An Egyptian man climbed to the top of the Great Pyramid of Giza, removed parts of a wooden mast put in place in the late 19th century to measure the actual height of the pyramid and threw stones at security forces, an official said.
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Mostafa Waziri, the secretary general of the Supreme Council of Antiquities, said the man, who he had not identified, approached the Khufu pyramid Wednesday as an ordinary visitor before catching a security guard cold.
"The security forces who are stationed in the area went after him when he started to climb … they tried to discourage him from doing that, but he responded by throwing scattered stones their way," Waziri told Egyptian television channel Al-Hayat.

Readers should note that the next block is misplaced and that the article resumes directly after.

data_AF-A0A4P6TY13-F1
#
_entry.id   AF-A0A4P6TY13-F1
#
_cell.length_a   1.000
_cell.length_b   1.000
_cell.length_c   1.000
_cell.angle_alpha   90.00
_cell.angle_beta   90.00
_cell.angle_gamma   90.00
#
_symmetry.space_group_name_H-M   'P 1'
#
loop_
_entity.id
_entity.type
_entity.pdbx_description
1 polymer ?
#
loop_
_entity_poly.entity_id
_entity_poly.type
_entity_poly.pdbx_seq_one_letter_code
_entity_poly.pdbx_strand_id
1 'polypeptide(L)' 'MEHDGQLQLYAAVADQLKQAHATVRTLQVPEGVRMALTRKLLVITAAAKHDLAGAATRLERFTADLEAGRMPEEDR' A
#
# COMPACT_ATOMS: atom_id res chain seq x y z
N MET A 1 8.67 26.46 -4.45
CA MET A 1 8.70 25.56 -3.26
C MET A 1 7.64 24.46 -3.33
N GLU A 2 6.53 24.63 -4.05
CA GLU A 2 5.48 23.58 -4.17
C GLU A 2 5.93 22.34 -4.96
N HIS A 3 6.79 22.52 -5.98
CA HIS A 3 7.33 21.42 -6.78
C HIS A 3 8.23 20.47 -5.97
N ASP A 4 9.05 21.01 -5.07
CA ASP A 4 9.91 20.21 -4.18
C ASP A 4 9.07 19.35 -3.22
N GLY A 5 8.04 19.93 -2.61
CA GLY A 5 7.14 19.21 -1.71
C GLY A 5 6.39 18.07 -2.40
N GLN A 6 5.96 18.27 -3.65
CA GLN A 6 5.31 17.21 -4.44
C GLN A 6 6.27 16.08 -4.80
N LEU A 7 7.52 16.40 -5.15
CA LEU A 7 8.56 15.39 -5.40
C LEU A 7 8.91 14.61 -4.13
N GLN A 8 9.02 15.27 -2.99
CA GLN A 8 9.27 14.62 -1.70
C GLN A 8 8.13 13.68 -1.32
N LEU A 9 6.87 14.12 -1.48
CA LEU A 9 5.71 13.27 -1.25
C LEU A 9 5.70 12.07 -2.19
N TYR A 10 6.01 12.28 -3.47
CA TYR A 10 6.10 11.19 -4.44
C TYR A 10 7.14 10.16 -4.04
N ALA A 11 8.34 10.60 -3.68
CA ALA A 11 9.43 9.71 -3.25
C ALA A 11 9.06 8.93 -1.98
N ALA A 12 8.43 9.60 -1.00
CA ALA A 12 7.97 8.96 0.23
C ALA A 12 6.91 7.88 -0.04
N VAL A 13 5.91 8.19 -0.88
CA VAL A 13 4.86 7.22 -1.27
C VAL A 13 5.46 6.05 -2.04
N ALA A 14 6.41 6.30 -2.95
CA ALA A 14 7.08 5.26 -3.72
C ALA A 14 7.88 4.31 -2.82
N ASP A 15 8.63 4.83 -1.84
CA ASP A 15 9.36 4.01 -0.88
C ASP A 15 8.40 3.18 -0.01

"For no apparent reason, he removed part of a wooden mast placed on top to show visitors the original height of the pyramid and threw it."
A video circulated on social media purportedly showed the man standing atop the pyramid, throwing what appeared to be projectiles.
He was eventually arrested and referred to the prosecution, Waziri added, although it is not yet clear if any charges will be leveled against him.
Climbing the pyramids is not explicitly outlawed, although climbers can fall afoul of several elements of the antiquities law.
In December last year, a Danish couple sparked outrage in the conservative Muslim-majority country after posing for nude photos on top of the Great Pyramid.